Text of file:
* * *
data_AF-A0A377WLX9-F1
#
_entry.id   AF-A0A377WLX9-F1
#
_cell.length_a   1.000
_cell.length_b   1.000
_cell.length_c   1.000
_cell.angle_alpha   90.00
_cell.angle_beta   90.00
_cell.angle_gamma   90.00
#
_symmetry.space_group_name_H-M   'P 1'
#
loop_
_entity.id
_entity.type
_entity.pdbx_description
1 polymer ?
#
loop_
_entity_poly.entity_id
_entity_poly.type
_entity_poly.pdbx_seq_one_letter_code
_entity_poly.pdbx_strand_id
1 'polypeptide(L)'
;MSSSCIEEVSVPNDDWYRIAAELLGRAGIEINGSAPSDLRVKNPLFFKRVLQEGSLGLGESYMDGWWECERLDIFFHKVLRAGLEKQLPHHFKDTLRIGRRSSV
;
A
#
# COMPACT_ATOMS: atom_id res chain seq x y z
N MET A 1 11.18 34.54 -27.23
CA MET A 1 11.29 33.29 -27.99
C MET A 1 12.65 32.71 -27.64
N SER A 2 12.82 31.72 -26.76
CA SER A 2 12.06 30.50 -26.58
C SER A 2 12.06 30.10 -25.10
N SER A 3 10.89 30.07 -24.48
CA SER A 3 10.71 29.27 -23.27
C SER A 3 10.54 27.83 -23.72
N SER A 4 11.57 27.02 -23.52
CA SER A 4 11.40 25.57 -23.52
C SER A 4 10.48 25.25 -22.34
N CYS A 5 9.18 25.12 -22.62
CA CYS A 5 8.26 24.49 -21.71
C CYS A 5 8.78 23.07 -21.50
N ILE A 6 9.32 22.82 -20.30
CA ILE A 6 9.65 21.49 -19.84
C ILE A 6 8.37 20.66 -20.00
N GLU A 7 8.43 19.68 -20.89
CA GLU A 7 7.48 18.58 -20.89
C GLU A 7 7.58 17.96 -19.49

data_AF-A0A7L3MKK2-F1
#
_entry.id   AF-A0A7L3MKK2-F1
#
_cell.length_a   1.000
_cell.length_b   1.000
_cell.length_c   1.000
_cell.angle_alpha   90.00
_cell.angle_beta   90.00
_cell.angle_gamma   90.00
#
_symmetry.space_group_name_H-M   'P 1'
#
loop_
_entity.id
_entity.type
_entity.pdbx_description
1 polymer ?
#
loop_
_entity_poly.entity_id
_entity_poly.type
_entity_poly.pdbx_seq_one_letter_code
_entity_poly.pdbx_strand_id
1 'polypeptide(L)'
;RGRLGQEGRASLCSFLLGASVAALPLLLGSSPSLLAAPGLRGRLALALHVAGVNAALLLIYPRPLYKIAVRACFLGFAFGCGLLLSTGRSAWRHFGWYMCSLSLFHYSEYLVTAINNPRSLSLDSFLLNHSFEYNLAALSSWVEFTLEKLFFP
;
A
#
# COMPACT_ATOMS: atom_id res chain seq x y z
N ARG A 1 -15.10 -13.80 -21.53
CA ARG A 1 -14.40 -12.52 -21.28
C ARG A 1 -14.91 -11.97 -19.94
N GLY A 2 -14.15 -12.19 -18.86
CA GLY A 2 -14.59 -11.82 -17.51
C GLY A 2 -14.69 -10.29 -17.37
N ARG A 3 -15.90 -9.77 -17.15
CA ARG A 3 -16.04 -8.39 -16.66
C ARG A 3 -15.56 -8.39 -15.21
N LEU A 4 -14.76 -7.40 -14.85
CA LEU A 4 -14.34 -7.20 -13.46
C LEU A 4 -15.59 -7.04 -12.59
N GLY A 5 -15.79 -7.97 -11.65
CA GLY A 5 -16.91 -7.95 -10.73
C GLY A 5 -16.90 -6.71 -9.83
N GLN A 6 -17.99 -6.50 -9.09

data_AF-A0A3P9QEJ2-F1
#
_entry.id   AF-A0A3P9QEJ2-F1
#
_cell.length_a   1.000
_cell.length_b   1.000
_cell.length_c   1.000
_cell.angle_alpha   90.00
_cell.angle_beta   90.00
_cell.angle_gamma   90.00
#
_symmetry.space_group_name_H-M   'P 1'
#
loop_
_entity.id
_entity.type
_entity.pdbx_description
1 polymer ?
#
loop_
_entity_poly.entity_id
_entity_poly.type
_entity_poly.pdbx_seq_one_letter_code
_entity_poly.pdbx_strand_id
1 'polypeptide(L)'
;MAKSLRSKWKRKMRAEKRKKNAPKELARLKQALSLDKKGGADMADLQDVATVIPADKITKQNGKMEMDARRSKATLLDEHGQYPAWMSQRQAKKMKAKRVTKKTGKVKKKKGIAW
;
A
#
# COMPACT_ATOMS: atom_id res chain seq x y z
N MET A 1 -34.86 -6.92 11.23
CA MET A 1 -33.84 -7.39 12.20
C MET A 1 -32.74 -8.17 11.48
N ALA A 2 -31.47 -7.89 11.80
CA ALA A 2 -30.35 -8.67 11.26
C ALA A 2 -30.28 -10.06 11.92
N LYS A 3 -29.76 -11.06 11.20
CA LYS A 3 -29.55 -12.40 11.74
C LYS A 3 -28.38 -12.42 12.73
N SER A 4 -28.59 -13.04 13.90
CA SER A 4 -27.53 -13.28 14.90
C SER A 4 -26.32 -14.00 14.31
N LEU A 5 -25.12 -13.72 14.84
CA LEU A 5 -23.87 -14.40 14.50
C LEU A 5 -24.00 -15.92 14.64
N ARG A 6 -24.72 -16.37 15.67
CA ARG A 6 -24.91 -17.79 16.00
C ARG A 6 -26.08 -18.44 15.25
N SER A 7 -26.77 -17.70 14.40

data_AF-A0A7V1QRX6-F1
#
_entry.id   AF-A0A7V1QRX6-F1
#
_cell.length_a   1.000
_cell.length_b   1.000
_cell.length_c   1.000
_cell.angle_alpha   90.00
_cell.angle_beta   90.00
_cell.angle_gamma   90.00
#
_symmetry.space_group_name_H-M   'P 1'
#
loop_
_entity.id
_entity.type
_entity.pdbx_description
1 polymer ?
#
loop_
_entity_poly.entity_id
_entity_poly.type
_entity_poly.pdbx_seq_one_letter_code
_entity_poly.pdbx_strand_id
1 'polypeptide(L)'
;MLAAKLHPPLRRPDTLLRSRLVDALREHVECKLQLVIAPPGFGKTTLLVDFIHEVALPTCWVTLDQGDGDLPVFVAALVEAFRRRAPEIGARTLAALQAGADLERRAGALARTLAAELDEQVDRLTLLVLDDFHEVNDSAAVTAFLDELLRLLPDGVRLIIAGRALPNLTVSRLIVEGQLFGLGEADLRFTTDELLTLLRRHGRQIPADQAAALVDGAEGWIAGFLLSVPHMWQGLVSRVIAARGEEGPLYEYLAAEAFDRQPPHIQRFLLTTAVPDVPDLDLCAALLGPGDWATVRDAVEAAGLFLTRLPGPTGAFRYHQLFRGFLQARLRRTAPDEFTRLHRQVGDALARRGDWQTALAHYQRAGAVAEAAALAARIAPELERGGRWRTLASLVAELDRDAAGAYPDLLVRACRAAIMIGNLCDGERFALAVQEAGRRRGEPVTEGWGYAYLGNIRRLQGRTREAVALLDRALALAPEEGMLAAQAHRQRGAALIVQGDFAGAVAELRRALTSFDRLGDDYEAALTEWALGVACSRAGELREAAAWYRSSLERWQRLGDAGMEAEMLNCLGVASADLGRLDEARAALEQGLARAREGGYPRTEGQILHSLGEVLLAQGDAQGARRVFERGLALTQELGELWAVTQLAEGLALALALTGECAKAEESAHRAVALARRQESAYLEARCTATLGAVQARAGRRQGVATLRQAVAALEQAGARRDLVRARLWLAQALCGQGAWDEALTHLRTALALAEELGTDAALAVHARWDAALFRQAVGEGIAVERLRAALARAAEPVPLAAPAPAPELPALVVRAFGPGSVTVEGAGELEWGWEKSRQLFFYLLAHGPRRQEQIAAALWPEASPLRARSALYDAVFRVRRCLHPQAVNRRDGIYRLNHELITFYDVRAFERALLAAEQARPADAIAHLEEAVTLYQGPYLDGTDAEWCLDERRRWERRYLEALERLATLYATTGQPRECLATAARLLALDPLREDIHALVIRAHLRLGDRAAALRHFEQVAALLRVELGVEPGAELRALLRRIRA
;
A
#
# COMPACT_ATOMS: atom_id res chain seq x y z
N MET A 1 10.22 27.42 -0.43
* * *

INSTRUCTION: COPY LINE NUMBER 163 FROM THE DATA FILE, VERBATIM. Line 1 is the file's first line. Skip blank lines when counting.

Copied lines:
_entity.pdbx_description